Qwest CEO: US West actions "bizarre"

Angry at the collapse of merger talks with a "major telephone company," widely rumored to be D. Telekom, Qwest chief executive Joe Nacchio lashes out at current merger partner US West.

John Borland Staff Writer, CNET News.com
John Borland
covers the intersection of digital entertainment and broadband.
John Borland
3 min read
The pending merger between Qwest Communications International and US West is looking more and more like an episode from the long-running Honeymooners television series.

Angry at the collapse of new merger talks with a "major telephone company," widely rumored to be Deutsche Telekom, Qwest chief executive Joe Nacchio lashed out at current merger partner US West today.

Calling the company's actions over the last few days "bizarre," Nacchio said a defensive press release sent yesterday by the local phone company was directly responsible for scaring off the merger partner.

"That US West press release was truly amazing," he told reporters on a conference call. "If it was a tactic, then it was not very shrewd negotiating, because it blew up in their face."

US West took a more restrained position in response to Nacchio's comments.

"We are trying to put together a new family," said US West spokesman David Fish. "All families have occasional squabbles. The point is to work them out and move on. And we're moving on."

Deutsche Telekom has never commented officially on the rumored merger talks.

The Nacchio comments are just the latest in a series of contentious developments that have put the two companies' attempts to merge operations on very shaky ground.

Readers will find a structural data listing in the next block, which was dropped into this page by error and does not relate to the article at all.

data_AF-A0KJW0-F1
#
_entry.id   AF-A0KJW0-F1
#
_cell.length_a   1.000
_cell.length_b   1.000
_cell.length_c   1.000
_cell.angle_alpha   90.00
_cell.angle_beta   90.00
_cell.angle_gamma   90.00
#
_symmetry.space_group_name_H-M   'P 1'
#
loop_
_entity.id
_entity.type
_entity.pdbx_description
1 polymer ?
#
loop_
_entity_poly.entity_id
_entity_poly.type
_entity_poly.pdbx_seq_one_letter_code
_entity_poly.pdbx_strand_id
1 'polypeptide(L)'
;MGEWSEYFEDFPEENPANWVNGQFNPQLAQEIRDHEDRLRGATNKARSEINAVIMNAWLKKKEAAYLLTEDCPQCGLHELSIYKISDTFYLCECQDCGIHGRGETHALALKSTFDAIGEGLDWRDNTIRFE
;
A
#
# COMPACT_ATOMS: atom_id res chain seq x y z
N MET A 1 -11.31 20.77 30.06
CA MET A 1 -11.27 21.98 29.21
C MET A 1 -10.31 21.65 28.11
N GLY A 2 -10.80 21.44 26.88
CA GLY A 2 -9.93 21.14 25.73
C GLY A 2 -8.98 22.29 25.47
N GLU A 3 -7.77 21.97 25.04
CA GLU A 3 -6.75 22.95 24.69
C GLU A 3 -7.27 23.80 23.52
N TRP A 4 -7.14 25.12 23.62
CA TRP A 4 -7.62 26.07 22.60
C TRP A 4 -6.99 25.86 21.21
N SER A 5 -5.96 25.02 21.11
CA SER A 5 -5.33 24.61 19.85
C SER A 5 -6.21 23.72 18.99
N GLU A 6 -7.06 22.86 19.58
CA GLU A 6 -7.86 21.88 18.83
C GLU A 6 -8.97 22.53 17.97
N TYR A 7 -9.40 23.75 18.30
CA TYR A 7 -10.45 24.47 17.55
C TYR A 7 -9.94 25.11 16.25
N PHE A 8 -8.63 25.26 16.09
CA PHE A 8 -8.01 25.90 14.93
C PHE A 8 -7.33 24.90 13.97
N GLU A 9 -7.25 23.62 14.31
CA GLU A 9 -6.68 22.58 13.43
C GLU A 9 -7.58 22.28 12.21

Qwest won US West's hand last July, after breaking up an earlier merger agreement between the "Baby Bell" phone company and fiber-optics network operator Global Crossing. But since that time, the management of the two companies have been at odds over strategic direction.

US West chief Solomon Trujillo said last week that he would resign after the merger was complete. For his part, Nacchio has been making increasingly lukewarm statements about his commitment to the merger, publicly airing his frustration at state regulators' complaints about US West's previous business practices.

The latest round of merger machinations--confirmed in the abstract by Qwest and believed to be Deutsche Telekom--brought the mutual frustrations to the forefront, however. US West was not consulted in the early round of discussions, and last week sent its own angry letter to Qwest threatening to sue if the new talks disrupted the pending merger process.

Last night, after see story: Mergers: How big is big enough?a week of simmering tension, US West released a statement that said "any subsequent business combination must also be better than or consistent with our existing transaction with Qwest."

A few hours later, Qwest said talks with the unnamed suitor had collapsed. US West's refusal to negotiate terms had torpedoed the discussions, Nacchio said today.

"The buyer left because of the response they received from US West," Nacchio said. "This was probably one of the most bizarre set of circumstances in any series of acquisitions that I've been involved in."

The incident has clearly left all the parties involved with a bad taste in their mouths. But that doesn't mean the merger is dead, Nacchio said--or at least not yet.

"We will continue to perform our obligations under the merger agreement, and we expect US West to do the same," Qwest's chief said. "We have good relationships with the operating people at US West. When you get below the policy level, I think the companies can work together."

The angry spat is taking place against a background of otherwise positive merger news.

Federal regulators said today they had approved the two companies' marriage, on the condition that Qwest sells off its long-distance business inside US West's 14-state service area. The local company is still barred by federal law from offering long-distance service until it proves it has opened its local market to competition from rivals.

Nacchio said that his company was in negotiations to sell those assets, and was nearing an agreement, though he refused to divulge a specific timetable.